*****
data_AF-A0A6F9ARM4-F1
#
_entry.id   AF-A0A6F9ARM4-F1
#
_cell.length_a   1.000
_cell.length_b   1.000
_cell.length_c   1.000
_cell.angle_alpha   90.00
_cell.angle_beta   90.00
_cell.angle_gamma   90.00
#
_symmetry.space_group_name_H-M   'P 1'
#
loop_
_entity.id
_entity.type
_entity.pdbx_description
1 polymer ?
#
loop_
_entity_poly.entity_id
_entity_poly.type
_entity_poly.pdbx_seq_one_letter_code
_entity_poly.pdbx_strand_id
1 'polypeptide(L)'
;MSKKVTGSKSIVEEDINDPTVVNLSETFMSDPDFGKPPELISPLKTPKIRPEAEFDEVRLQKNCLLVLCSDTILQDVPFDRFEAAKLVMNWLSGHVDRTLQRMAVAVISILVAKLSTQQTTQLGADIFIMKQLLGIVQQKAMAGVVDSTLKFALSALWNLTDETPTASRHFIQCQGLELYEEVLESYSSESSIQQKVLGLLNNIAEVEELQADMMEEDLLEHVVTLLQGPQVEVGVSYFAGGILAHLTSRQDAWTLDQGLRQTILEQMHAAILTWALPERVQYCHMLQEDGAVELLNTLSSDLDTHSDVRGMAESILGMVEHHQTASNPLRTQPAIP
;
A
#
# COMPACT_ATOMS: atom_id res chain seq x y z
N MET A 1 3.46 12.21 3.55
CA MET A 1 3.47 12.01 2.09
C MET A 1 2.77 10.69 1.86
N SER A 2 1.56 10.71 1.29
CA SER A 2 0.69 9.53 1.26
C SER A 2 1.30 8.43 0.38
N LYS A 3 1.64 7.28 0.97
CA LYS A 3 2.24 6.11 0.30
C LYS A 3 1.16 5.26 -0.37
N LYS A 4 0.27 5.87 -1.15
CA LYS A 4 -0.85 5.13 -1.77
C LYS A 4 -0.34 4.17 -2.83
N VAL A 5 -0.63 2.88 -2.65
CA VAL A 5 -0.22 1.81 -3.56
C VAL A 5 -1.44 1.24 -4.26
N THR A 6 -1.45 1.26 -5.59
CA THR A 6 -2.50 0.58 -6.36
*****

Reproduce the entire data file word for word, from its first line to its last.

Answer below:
data_AF-A0A6F9ARM4-F1
#
_entry.id   AF-A0A6F9ARM4-F1
#
_cell.length_a   1.000
_cell.length_b   1.000
_cell.length_c   1.000
_cell.angle_alpha   90.00
_cell.angle_beta   90.00
_cell.angle_gamma   90.00
#
_symmetry.space_group_name_H-M   'P 1'
#
loop_
_entity.id
_entity.type
_entity.pdbx_description
1 polymer ?
#
loop_
_entity_poly.entity_id
_entity_poly.type
_entity_poly.pdbx_seq_one_letter_code
_entity_poly.pdbx_strand_id
1 'polypeptide(L)'
;MSKKVTGSKSIVEEDINDPTVVNLSETFMSDPDFGKPPELISPLKTPKIRPEAEFDEVRLQKNCLLVLCSDTILQDVPFDRFEAAKLVMNWLSGHVDRTLQRMAVAVISILVAKLSTQQTTQLGADIFIMKQLLGIVQQKAMAGVVDSTLKFALSALWNLTDETPTASRHFIQCQGLELYEEVLESYSSESSIQQKVLGLLNNIAEVEELQADMMEEDLLEHVVTLLQGPQVEVGVSYFAGGILAHLTSRQDAWTLDQGLRQTILEQMHAAILTWALPERVQYCHMLQEDGAVELLNTLSSDLDTHSDVRGMAESILGMVEHHQTASNPLRTQPAIP
;
A
#
# COMPACT_ATOMS: atom_id res chain seq x y z
N MET A 1 3.46 12.21 3.55
CA MET A 1 3.47 12.01 2.09
C MET A 1 2.77 10.69 1.86
N SER A 2 1.56 10.71 1.29
CA SER A 2 0.69 9.53 1.26
C SER A 2 1.30 8.43 0.38
N LYS A 3 1.64 7.28 0.97
CA LYS A 3 2.24 6.11 0.30
C LYS A 3 1.16 5.26 -0.37
N LYS A 4 0.27 5.87 -1.15
CA LYS A 4 -0.85 5.13 -1.77
C LYS A 4 -0.34 4.17 -2.83
N VAL A 5 -0.63 2.88 -2.65
CA VAL A 5 -0.22 1.81 -3.56
C VAL A 5 -1.44 1.24 -4.26
N THR A 6 -1.45 1.26 -5.59
CA THR A 6 -2.50 0.58 -6.36